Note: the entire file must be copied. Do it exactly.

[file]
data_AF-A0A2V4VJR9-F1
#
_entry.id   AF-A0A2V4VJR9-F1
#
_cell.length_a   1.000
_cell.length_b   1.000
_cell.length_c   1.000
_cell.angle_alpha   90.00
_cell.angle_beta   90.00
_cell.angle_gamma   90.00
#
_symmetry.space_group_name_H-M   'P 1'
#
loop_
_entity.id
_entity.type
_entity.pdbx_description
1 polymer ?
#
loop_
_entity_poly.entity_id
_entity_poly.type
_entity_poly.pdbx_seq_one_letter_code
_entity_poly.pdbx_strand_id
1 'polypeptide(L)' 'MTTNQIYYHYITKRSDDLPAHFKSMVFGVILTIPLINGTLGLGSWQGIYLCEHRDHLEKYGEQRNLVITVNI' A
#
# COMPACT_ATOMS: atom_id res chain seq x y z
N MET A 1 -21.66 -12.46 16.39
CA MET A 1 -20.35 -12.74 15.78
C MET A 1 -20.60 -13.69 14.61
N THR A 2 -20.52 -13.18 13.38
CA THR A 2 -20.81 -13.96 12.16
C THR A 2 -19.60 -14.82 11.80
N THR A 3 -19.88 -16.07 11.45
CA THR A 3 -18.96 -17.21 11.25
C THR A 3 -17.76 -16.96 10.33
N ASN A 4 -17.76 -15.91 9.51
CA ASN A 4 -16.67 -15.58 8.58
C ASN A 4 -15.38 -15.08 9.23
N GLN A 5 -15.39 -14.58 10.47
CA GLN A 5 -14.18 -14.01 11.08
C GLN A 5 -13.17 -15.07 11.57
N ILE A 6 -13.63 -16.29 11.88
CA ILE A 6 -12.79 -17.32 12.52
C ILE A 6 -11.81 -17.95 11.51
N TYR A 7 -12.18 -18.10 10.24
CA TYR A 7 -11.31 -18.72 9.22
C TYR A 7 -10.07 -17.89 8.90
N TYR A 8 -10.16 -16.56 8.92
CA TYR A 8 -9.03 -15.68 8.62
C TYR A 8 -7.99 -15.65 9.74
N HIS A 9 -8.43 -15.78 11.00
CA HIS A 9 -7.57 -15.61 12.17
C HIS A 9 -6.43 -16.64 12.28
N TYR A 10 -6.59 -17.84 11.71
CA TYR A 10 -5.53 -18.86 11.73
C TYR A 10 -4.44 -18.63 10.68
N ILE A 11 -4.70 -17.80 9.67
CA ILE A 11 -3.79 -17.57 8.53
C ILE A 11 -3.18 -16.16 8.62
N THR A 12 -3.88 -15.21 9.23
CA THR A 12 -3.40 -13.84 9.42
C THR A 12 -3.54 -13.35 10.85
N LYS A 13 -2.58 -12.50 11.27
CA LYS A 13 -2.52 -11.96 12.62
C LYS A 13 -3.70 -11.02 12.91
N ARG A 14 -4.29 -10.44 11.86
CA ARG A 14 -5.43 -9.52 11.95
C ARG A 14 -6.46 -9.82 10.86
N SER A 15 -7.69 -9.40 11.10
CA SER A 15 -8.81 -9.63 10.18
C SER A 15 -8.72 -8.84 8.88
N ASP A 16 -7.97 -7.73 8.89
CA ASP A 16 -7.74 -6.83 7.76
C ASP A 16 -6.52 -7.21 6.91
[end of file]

data_AF-A0A2V4VJR9-F1
#
_entry.id   AF-A0A2V4VJR9-F1
#
_cell.length_a   1.000
_cell.length_b   1.000
_cell.length_c   1.000
_cell.angle_alpha   90.00
_cell.angle_beta   90.00
_cell.angle_gamma   90.00
#
_symmetry.space_group_name_H-M   'P 1'
#
loop_
_entity.id
_entity.type
_entity.pdbx_description
1 polymer ?
#
loop_
_entity_poly.entity_id
_entity_poly.type
_entity_poly.pdbx_seq_one_letter_code
_entity_poly.pdbx_strand_id
1 'polypeptide(L)' 'MTTNQIYYHYITKRSDDLPAHFKSMVFGVILTIPLINGTLGLGSWQGIYLCEHRDHLEKYGEQRNLVITVNI' A
#
# COMPACT_ATOMS: atom_id res chain seq x y z
N MET A 1 -21.66 -12.46 16.39
CA MET A 1 -20.35 -12.74 15.78
C MET A 1 -20.60 -13.69 14.61
N THR A 2 -20.52 -13.18 13.38
CA THR A 2 -20.81 -13.96 12.16
C THR A 2 -19.60 -14.82 11.80
N THR A 3 -19.88 -16.07 11.45
CA THR A 3 -18.96 -17.21 11.25
C THR A 3 -17.76 -16.96 10.33
N ASN A 4 -17.76 -15.91 9.51
CA ASN A 4 -16.67 -15.58 8.58
C ASN A 4 -15.38 -15.08 9.23
N GLN A 5 -15.39 -14.58 10.47
CA GLN A 5 -14.18 -14.01 11.08
C GLN A 5 -13.17 -15.07 11.57
N ILE A 6 -13.63 -16.29 11.88
CA ILE A 6 -12.79 -17.32 12.52
C ILE A 6 -11.81 -17.95 11.51
N TYR A 7 -12.18 -18.10 10.24
CA TYR A 7 -11.31 -18.72 9.22
C TYR A 7 -10.07 -17.89 8.90
N TYR A 8 -10.16 -16.56 8.92
CA TYR A 8 -9.03 -15.68 8.62
C TYR A 8 -7.99 -15.65 9.74
N HIS A 9 -8.43 -15.78 11.00
CA HIS A 9 -7.57 -15.61 12.17
C HIS A 9 -6.43 -16.64 12.28
N TYR A 10 -6.59 -17.84 11.71
CA TYR A 10 -5.53 -18.86 11.73
C TYR A 10 -4.44 -18.63 10.68
N ILE A 11 -4.70 -17.80 9.67
CA ILE A 11 -3.79 -17.57 8.53
C ILE A 11 -3.18 -16.16 8.62
N THR A 12 -3.88 -15.21 9.23
CA THR A 12 -3.40 -13.84 9.42
C THR A 12 -3.54 -13.35 10.85
N LYS A 13 -2.58 -12.50 11.27
CA LYS A 13 -2.52 -11.96 12.62
C LYS A 13 -3.70 -11.02 12.91
N ARG A 14 -4.29 -10.44 11.86
CA ARG A 14 -5.43 -9.52 11.95
C ARG A 14 -6.46 -9.82 10.86
N SER A 15 -7.69 -9.40 11.10
CA SER A 15 -8.81 -9.63 10.18
C SER A 15 -8.72 -8.84 8.88
N ASP A 16 -7.97 -7.73 8.89
CA ASP A 16 -7.74 -6.83 7.76
C ASP A 16 -6.52 -7.21 6.91